People who are charged with third-offense DWI crimes are often rightfully concerned that they may face significant penalties, including jail time if they are convicted. As such, in some cases, people charged with third-offense DWIs may attempt to have earlier DWI convictions vacated on the grounds that they were not advised of the penalties for subsequent convictions. In a recent ruling, a New Jersey court discussed what a defendant must prove in order for a court to vacate a prior DWI conviction for lack of appropriate notice. If you are charged with a third offense DWI, it is smart to meet with a trusted New Jersey DWI defense lawyer to assess your possible defenses.
The Defendant’s Arguments
Reportedly, the defendant was charged with a third offense DWI in 2018, which carried a penalty of a mandatory six-month jail sentence. In an effort to avoid imprisonment, the defendant sought to have his guilty plea for his second DWI, which occurred in 2012, vacated on the grounds that he was not properly advised of the penalties he would face for a subsequent conviction. The municipal court denied his motion to vacate his 2012 plea, and he appealed. The first Law Division judge that heard the matter affirmed the trial court ruling, but the second Law Division judge vacated the defendant’s plea. The State then appealed.
Consequences of the Failure to Provide a DWI Defendant with Notice
Under New Jersey law, a motion to withdraw a guilty plea must be made before sentencing, but a court may permit such a motion at a later date if it is necessary to prevent manifest injustice. In the subject case, the court ultimately found that no injustice occurred and reversed the second Law Division judge’s ruling.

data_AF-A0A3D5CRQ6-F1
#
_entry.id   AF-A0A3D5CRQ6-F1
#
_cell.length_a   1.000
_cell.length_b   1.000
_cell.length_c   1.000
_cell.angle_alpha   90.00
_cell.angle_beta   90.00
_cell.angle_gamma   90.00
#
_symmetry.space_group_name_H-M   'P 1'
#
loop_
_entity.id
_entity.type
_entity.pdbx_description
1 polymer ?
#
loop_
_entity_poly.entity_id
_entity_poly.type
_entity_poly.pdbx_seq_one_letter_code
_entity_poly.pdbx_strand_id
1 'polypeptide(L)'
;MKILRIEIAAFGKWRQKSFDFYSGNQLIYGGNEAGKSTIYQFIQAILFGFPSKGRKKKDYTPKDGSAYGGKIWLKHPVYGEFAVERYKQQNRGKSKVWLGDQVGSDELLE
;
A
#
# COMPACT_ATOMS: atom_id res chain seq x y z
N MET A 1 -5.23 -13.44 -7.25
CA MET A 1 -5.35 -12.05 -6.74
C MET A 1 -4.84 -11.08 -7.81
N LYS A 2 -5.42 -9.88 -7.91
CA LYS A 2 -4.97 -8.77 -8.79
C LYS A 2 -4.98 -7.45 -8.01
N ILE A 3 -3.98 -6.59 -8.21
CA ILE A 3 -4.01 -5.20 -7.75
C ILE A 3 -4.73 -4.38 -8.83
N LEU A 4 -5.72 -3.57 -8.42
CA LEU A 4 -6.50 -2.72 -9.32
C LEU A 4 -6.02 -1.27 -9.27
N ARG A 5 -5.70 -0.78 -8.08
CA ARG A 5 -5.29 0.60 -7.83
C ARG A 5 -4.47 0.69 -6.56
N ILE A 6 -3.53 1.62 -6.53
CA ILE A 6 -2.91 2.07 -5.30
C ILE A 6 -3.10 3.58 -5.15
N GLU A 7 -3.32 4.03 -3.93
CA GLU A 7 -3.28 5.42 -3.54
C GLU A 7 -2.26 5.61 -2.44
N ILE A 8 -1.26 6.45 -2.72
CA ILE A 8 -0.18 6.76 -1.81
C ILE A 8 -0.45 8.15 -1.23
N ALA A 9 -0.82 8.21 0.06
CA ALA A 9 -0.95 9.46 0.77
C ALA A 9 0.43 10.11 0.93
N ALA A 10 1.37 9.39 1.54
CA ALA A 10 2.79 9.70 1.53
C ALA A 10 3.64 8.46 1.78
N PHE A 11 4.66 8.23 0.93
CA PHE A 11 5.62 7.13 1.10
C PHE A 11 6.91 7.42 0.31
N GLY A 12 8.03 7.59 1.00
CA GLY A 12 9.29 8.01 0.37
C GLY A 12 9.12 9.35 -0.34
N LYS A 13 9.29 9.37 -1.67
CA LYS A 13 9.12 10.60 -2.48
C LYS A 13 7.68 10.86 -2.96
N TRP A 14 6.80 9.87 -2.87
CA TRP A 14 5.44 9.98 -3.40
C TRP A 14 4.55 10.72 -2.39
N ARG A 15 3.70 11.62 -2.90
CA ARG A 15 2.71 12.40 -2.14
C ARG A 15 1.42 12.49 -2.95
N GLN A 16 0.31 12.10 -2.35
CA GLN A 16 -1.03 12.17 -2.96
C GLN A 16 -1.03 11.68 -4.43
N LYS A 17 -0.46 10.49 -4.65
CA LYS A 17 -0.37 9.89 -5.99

The court explained that the failure to provide a defendant with notice of the penalties of a future DWI violation as required by the law does not prevent a court from imposing enhanced penalties for future DWI convictions. The court explained that the defendant’s position was essentially that the legislature intended to bar sentencing of subsequent offenders if they were not, at a minimum, orally advised of the penalties of second or third convictions. The court found that this would frustrate the purpose of the statutory intent to provide increased penalties for each subsequent offense. In sum, the court found that even if the defendant was not properly advised of the penalties of a third DWI offense at the time of his 2012 plea hearing, he could not avoid the penalties for his current crime.
Speak to an Assertive New Jersey DWI Defense Attorney
A conviction for a third offense DWI can lead to jail time and other substantial penalties, but in some cases, a defendant may be able to prove that an earlier conviction should be vacated. If you are charged with a third offense DWI, you should meet with an attorney to discuss your options. The assertive New Jersey DWI defense attorneys of The Law Offices of Jonathan F. Marshall have the skills and experience needed to obtain favorable outcomes, and, if you hire us, we will fight tirelessly on your behalf. You can contact us through our online form or at 877-450-8301 to set up a meeting.